If you’ve got new, or recently promoted, supervisors or managers, see if any of these situations are familiar:
“Do you think you might be depressed?” asks the concerned, but untrained, boss. “I didn’t,” says the employee, under her breath, “but since you ‘regard me as disabled’ my ADA lawsuit will probably succeed.”
“I didn't think a woman with young children should have a job with so much travel, so I gave the promotion to John,” says the inexperienced new manager. “Actually," thinks the employee, "I won’t need a job at all after my discrimination lawsuit settles."
“Eight weeks off to take care of your mother? Hey, that’s not going to happen during our busy season!” declares the new supervisor, determined to be tough from the get-go, unaware that the door has just been opened for a lawsuit for interfering with family leave rights.
These supervisors are trying to be good bosses who do what’s best, but instead they are laying the groundwork for expensive lawsuits.
Operate in multiple states? That's a real compliance challenge, but with 50x50 (50 Employment Laws in 50 States); answers are at your fingertips. Wage/hour? Leave? Child labor? Discrimination? All there in easy-to-read chart form. Get more details.
Training, Training, Training.
But before that, the first thing to say to new supervisors and managers is, “until you have been trained, don't do anything related to HR without checking with me.”
Reason: You just can't have new supervisors firing from the hip in response to requests for FMLA leave, complaints about protected subjects (like pay or safety), requests for accommodation, and so on. There's little hope that they will get it right, and you'll be stuck dealing with the damage.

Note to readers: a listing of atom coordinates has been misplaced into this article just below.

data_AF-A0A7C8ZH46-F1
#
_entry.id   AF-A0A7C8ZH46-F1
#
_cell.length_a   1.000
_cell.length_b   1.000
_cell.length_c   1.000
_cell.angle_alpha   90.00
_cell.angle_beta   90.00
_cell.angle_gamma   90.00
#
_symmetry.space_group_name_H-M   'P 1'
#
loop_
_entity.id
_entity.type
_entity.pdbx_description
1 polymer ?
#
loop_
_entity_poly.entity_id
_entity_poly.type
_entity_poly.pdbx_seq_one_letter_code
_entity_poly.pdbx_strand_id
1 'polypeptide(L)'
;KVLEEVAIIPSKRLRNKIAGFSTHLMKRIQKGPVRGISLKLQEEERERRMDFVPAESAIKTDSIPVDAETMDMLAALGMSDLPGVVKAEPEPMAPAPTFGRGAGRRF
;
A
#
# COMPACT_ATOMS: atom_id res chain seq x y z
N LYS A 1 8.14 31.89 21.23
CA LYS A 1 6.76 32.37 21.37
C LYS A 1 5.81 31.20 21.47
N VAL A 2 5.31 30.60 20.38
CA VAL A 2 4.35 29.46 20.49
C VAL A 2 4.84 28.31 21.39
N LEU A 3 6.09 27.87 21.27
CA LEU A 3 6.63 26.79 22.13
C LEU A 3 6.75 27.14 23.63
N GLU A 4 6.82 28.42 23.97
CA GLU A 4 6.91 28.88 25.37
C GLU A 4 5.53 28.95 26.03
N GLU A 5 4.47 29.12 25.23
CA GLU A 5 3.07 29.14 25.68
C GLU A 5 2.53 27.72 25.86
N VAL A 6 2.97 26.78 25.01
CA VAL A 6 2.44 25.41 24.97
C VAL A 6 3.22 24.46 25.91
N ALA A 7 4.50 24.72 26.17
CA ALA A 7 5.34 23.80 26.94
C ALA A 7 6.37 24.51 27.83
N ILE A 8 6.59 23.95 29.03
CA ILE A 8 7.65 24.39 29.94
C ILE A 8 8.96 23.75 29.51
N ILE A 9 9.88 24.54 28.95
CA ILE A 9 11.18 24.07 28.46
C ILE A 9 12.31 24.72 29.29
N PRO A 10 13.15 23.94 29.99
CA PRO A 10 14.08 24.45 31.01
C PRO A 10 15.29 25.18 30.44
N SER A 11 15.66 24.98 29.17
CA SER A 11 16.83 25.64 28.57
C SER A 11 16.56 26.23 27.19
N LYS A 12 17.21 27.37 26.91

And while we're at it, you don't want them hiring, promoting, disciplining, or firing without your review either.
So instruct new supervisors and managers to check with you before dealing with any of these situations. Tell them to say, "I'll check up on that to be sure I'm
giving you a complete and accurate answer."
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The "break-in period" for new supervisors and managers is a particularly dangerous time, because they are eager to prove that they can be good, independent bosses. They won't want to come asking for help, and they don't like the idea that they need "babysitting."
You have to convince them that it's not a reflection on their abilities, it's just a routine requirement that they check with you before acting.
Until you train them, that is. Once trained, your new bosses will be more able to deal competently with the routine aspects of all their HR-related responsibilities.
In tomorrow’s Advisor, five basic rules for new supervisors and managers, plus an introduction to the unique 50x50—fifty rules in 50 states
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